From “No” to “Ok”. Italian Catholic Dioceses Change their Tune About Anti-Homophobia Prayer Vigils Held by LGBT Catholics
Article by Valerio Gigante, taken from “Adista Notizie” News Weekly n.18 dated May 18, 2013, pp. 9-10. Translated by Peter Luntz
ROME. For the seventh year in a row, Christians from various denominations and faith traditions will be holding prayer vigils with Gay Christians in order to remember the numerous victims of homophobia (who are threatened, tortured, sentenced to death and discriminated against based on their sexual orientation).
Ecumenical vigils will be celebrated in various locations on and around the International Day Against Homophobia on May, 17 2013. The inspiration for this year’s vigils comes from a Bible verse in the First Letter of John «There is no fear in love!» (1 John 4:18).
One of the major new aspects this year is the high number of Catholic churches involved in hosting these events. For the first time, the actually majority of events will be held at Catholic churches in proportion to other Christian denominations, such as Waldensian and Methodist Churches, which have traditionally been more sensitive than Catholics to gay issues.
This (implicit or explicit) recognition of many dioceses testifies to the growing number and influence of Gay Christian groups across Italy, as well as the effect their initiatives at different churches have had on the Catholic hierarchy, which can no longer ignore them – even among the Catholic factions that are traditionally considered more theologically and pastorally conservative.
The best example of this is perhaps Milan, where conservative Cardinal Angelo Scola has led the diocese for the last two years. Nonetheless, some of the anti-homophobia events in Milan planned by local Gay Christian group “Il Guado” will take place within a Catholic church.
On May 13, the city’s Christians and others will first gather in the Baptist church in via Pinamonte da Vimercate 10, near one of the city’s most popular nightlife areas.
After an initial evening prayer service, participants will form a candlelight procession along Corso Garibaldi (a popular evening gathering place) to a Renaissance-era Catholic church called Incoronata parish. The procession’s aim is to testify to believers and non believers that gay people are a resource for both society and the church.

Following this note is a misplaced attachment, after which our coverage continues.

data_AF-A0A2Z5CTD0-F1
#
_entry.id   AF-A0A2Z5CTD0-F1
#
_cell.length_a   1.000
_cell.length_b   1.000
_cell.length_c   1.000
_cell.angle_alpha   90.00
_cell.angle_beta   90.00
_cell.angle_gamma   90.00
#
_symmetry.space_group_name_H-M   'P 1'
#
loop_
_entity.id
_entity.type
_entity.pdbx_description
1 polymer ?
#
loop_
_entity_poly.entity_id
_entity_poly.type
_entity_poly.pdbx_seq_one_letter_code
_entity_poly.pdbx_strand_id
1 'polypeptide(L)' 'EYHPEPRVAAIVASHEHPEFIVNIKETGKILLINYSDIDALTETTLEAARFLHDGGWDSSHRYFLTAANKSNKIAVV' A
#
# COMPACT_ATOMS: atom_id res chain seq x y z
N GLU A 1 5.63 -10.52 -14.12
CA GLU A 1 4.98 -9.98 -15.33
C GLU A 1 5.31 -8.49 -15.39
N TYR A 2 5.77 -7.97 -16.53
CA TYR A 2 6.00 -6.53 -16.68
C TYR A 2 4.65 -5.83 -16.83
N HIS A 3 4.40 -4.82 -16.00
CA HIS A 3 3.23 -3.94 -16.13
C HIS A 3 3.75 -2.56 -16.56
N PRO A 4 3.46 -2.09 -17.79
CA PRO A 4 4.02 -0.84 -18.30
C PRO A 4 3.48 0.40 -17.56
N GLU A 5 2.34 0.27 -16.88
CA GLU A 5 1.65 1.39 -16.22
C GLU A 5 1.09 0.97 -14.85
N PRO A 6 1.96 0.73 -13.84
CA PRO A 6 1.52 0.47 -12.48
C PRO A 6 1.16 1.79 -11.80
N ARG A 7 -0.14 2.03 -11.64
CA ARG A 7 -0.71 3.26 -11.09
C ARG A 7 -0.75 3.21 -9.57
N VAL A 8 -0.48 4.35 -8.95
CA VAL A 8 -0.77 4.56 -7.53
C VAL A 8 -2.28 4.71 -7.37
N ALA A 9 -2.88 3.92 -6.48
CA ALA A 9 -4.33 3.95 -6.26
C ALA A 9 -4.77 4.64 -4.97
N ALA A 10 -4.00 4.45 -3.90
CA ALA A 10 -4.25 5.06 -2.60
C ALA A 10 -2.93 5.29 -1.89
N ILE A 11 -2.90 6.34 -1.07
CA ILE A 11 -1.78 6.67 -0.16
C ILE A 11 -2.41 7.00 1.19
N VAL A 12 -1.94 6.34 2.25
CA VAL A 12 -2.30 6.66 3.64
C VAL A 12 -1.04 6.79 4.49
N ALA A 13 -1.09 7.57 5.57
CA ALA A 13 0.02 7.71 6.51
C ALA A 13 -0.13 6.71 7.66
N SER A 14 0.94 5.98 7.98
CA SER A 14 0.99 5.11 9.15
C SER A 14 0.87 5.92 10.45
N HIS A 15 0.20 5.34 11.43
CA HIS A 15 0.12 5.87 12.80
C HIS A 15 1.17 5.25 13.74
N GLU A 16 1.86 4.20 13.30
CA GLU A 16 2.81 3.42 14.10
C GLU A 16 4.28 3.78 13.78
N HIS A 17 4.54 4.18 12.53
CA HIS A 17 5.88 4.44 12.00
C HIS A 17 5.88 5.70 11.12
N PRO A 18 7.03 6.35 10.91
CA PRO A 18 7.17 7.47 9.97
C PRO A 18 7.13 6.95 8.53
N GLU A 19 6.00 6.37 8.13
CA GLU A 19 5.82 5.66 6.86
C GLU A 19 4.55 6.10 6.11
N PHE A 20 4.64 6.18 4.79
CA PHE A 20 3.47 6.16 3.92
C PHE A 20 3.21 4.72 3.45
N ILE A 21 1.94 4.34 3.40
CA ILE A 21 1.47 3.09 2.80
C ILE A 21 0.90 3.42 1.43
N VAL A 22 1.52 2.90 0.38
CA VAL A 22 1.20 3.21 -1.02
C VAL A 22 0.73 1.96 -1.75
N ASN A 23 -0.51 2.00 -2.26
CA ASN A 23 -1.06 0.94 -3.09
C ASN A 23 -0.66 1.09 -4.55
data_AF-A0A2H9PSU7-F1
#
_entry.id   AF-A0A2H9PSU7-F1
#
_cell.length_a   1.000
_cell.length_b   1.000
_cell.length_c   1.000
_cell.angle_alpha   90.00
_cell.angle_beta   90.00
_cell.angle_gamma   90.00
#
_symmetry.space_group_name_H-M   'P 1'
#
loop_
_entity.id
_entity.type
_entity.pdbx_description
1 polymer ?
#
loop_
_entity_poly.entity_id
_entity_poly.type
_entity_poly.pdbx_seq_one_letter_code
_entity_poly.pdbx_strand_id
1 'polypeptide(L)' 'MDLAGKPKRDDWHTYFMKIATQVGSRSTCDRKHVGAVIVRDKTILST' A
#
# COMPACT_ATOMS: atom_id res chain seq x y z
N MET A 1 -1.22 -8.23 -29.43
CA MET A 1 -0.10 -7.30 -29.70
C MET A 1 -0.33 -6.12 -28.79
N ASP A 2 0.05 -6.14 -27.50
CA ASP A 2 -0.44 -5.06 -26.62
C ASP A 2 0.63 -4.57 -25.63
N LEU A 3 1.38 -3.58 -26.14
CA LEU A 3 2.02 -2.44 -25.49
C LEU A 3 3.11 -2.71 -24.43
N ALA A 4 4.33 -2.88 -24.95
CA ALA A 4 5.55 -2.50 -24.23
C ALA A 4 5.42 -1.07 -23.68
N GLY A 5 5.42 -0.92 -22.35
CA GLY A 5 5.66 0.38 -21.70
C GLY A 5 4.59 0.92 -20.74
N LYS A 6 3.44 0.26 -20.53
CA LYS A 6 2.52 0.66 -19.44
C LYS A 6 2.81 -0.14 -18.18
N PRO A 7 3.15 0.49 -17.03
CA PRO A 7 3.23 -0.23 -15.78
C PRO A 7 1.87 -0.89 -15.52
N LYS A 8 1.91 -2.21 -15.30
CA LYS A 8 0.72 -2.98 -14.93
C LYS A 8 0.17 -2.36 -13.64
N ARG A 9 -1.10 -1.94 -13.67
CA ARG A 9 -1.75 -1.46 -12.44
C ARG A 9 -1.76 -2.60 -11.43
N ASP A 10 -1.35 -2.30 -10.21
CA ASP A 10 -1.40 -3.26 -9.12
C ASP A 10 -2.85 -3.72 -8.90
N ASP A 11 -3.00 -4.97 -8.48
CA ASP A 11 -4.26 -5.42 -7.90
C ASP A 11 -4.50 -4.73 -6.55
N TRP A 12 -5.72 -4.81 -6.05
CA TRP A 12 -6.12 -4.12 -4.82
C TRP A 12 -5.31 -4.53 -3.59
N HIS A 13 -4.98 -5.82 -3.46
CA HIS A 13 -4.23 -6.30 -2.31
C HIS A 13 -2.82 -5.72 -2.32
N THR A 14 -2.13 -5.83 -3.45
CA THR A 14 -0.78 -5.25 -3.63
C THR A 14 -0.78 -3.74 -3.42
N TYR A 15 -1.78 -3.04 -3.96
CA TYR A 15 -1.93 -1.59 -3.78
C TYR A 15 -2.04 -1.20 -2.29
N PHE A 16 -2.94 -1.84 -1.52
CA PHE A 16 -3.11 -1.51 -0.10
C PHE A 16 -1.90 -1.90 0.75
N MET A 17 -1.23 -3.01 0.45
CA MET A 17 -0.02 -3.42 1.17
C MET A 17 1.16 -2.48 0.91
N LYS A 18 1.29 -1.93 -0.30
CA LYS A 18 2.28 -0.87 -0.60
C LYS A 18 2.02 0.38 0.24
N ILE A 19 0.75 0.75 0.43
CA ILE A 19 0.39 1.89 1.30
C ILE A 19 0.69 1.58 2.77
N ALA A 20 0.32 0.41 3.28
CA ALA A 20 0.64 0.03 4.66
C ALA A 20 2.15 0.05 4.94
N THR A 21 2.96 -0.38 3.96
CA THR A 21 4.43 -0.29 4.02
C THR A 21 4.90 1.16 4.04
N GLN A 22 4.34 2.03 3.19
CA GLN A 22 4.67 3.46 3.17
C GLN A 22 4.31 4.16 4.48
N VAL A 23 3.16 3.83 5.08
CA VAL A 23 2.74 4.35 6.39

Their presence and witness can help churches and institutions improve dialog and discover the value of diversity, as well as understand the need, usefulness and beauty of respect, dialog and mutual understanding.
Milan, however, will not be the only large diocese to host an anti-homophobia prayer vigil. This may be due to repercussions from what happened last year when the Diocese of Milan awkwardly tried to halt a vigil because the date was too close to the Seventh World Meeting of Families. This caused a strong backlash that provoked the Diocese to issue an embarrassing, eleventh-hour about-face (see ‘Adista Notizie’ Editon no. 12/12).This may have convinced many bishops and dioceses to hold off on preconceived hostility towards these events.
In Florence, where the bishop is Cardinal Giuseppe Betori, Cardinal Camillo Ruini’s former right-hand man), the ecumenical prayer vigil is led by Gay Christian group Kairos and other organizations and will be held at the Madonna della Tosse Catholic parish. In Bologna, a city led by ultra-conservative Cardinal Carlo Caffarra, an event has been organized for May 17th with ‘Noi Siamo Chiesa Emilia-Romagna’ group at the parish of S. Bartolomeo della Beverara.
In Rome, just like last year, the vigil (led by local gay Christian groups ‘Nuova Proposta’ and ‘La Sorgente’) will be held at the Basilica of Ss. Bonifacio e Alessio all’Aventino. On the same day in Genoa (the city of Cardinal Angelo Bagnasco, the president of the Italian Conference of Catholic Bishops), it will be San Benedetto al Porto church to host a vigil organized by Ligurian LGBT Group, Bethel.
In Padua, Emmanuele Group has set aside May 17th at Santa Caterina d’Alessandria Church in via Cesare Battisti. In the city of Pinerolo, parish church Cuore Immacolato di Maria will hold an ecumenical celebration for victims of Homo-Transphobia on May 26.
This initiative is organized by the Pinerolo (Turin) Committee Against homophobia and Transphobia (in collaboration with San Lazzaro parish, the Waldensian Church of Pinerolo and the “Viottoli” Christian Community Group of Pinerolo).
The city of Palermo perhaps deserves special mention since many notable church organizations were involved in planning and promoting anti-homophobia initiatives, including Palermo LGBT Christian group ‘Ali d’aquila’, Comboniani Lay Missionaries, San Gabriele Arcangelo parish, San Giuseppe Artigiano parish, the Community of San Francesco Saverio all’Albergheria, S. Maria della Pietà alla Kalsa parish (where vigil attendees will gather after a short candlelight procession starting from the Foro Italico).
And, most of all, the local II Vicariate of the Archdiocese, the Lutheran Church of Palermo, the Waldensian Church in via dello Spezio and the Waldensian Church of Marsala and Trapani.